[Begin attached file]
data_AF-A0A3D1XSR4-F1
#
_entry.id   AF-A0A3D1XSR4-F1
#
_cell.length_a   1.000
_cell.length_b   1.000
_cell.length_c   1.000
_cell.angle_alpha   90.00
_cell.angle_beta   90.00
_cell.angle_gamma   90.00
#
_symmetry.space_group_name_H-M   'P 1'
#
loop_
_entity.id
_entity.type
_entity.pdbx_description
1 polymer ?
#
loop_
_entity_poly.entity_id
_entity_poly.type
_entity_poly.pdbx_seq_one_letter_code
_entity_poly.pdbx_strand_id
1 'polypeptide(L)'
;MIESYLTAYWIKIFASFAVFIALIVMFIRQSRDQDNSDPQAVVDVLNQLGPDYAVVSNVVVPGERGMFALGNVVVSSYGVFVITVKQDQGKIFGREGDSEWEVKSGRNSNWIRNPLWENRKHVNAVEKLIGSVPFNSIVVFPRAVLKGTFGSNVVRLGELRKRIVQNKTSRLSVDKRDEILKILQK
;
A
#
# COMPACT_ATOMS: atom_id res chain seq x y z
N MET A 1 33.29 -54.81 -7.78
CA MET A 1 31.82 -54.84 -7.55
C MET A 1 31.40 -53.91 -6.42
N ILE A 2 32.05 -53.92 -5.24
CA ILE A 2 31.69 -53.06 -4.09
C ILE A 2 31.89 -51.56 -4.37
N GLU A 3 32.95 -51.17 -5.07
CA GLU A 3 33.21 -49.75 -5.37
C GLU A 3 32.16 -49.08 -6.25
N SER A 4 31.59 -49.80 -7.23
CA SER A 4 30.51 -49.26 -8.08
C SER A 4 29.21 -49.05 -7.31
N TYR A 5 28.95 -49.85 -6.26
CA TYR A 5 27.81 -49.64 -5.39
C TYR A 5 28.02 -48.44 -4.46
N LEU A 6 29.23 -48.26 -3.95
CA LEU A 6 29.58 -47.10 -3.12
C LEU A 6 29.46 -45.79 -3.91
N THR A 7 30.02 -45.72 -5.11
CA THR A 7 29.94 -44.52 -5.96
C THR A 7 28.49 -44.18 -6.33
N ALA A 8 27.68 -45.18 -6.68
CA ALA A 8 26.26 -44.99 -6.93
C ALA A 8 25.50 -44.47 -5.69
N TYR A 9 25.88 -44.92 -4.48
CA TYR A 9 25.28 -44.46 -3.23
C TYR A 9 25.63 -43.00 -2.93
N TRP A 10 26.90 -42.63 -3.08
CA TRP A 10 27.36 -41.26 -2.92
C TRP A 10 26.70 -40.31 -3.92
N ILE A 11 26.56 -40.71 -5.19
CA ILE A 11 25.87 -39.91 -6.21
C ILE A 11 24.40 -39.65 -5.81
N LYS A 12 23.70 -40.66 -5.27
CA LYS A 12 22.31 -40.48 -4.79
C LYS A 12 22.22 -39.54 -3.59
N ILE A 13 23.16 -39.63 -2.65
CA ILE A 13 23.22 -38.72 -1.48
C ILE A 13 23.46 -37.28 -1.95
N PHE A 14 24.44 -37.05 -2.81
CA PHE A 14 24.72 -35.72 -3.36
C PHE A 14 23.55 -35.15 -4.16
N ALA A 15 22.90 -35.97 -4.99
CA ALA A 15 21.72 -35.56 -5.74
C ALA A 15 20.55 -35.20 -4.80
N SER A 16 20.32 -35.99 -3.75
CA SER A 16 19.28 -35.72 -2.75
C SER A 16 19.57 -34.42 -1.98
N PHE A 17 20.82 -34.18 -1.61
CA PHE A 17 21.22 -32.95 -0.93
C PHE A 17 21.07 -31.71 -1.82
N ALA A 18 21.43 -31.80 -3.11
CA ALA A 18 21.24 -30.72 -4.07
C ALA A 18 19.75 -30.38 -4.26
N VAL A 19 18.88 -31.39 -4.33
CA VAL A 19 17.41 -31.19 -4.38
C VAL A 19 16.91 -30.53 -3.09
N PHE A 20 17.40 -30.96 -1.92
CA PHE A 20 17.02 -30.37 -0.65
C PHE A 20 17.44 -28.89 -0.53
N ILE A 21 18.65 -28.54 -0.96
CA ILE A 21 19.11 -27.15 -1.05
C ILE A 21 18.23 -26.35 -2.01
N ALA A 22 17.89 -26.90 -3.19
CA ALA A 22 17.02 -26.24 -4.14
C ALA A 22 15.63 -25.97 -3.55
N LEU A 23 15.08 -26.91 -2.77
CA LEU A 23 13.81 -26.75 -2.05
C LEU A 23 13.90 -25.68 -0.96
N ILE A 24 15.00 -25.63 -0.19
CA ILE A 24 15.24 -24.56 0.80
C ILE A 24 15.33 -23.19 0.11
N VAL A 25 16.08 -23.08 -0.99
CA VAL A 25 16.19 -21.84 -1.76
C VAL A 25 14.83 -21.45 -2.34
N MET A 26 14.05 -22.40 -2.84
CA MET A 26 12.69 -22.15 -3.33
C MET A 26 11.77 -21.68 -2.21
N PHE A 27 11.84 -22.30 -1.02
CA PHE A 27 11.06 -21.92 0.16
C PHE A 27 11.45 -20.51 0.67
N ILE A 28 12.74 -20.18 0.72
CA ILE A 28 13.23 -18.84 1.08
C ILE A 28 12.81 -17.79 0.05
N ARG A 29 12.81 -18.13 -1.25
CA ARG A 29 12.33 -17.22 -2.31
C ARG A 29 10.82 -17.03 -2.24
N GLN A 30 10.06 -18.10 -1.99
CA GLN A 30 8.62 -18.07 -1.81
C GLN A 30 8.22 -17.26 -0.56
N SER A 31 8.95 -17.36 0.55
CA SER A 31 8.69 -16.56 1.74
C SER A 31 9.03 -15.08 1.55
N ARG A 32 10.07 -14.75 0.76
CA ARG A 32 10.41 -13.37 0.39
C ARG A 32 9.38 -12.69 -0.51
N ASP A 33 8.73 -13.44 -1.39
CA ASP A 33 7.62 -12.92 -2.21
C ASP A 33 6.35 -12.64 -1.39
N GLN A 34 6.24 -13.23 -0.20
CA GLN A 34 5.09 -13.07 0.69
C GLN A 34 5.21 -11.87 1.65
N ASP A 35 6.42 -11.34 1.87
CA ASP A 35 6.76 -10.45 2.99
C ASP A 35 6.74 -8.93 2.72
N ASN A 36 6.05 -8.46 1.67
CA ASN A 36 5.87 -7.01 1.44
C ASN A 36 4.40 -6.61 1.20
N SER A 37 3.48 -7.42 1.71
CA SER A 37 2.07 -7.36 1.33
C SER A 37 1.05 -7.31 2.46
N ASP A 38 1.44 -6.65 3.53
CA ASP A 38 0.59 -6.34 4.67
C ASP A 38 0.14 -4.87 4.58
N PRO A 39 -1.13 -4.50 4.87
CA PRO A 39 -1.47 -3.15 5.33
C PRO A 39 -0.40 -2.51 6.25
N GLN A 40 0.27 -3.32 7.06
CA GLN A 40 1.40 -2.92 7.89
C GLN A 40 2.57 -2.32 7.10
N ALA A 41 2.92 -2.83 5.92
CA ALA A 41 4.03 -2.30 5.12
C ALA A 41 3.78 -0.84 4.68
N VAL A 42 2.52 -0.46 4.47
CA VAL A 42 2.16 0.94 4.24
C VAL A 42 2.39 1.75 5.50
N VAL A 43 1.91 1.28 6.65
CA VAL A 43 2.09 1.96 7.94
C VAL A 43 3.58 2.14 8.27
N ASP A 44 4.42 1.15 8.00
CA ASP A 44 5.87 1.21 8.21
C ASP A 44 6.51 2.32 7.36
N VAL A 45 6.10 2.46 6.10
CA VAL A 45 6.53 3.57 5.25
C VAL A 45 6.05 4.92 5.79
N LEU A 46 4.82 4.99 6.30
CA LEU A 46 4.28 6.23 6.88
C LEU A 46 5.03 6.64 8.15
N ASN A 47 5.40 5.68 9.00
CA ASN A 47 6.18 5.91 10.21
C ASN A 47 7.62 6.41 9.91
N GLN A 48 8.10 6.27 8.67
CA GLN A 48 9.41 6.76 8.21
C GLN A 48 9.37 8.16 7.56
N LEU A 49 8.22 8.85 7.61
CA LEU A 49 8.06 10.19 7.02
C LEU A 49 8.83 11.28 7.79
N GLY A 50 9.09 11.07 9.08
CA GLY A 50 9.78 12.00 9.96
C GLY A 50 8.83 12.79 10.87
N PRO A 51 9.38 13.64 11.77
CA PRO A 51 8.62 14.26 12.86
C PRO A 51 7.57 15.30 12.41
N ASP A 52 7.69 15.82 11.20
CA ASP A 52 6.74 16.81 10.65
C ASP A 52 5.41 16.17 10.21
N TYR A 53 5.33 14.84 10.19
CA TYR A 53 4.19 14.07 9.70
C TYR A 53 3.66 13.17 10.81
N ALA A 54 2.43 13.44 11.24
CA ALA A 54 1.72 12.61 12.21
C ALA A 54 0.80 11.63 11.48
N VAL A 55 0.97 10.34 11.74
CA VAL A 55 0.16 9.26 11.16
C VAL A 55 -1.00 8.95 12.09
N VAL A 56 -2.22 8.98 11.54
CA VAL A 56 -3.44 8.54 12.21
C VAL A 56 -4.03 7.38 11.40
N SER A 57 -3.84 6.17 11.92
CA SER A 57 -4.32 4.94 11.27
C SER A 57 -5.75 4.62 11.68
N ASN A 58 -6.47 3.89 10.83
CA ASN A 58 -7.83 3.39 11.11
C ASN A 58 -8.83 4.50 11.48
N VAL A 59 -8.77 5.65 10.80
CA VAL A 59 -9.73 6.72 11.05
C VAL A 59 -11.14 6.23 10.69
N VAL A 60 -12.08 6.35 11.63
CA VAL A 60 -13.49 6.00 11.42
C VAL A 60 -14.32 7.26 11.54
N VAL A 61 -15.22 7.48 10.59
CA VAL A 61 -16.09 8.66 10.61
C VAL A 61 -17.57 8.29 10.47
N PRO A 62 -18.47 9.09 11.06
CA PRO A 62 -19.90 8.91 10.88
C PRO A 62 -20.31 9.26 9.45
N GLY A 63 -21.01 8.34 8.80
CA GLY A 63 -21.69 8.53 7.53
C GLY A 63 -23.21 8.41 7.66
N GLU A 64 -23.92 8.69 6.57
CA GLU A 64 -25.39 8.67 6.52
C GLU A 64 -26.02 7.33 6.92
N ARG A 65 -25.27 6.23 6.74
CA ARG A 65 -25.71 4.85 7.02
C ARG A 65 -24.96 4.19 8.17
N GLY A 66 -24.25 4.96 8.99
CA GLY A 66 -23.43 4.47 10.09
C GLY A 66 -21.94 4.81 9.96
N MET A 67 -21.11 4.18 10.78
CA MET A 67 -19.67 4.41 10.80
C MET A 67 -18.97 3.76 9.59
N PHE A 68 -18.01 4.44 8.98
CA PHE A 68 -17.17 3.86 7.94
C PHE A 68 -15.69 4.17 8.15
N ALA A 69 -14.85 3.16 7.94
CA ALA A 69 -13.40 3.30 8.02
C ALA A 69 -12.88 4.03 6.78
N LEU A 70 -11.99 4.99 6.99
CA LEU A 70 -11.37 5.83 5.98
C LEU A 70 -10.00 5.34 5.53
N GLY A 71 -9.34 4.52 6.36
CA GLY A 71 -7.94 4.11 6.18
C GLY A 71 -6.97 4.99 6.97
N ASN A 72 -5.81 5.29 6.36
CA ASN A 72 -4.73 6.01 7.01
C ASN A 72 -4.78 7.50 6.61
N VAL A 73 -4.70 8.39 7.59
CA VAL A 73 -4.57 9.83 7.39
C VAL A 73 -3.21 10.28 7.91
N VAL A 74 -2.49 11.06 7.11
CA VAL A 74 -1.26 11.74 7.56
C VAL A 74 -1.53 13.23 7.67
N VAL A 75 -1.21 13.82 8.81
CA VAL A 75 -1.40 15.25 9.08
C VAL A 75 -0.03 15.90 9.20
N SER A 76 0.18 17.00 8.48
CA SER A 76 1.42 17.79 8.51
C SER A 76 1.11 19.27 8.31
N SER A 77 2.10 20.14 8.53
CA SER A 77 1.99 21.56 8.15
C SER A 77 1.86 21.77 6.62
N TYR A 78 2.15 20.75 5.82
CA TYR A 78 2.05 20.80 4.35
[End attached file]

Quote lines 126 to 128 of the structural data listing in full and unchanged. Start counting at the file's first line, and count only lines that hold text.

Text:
C ARG A 32 9.38 -12.69 -0.51
N ASP A 33 8.73 -13.44 -1.39
CA ASP A 33 7.62 -12.92 -2.21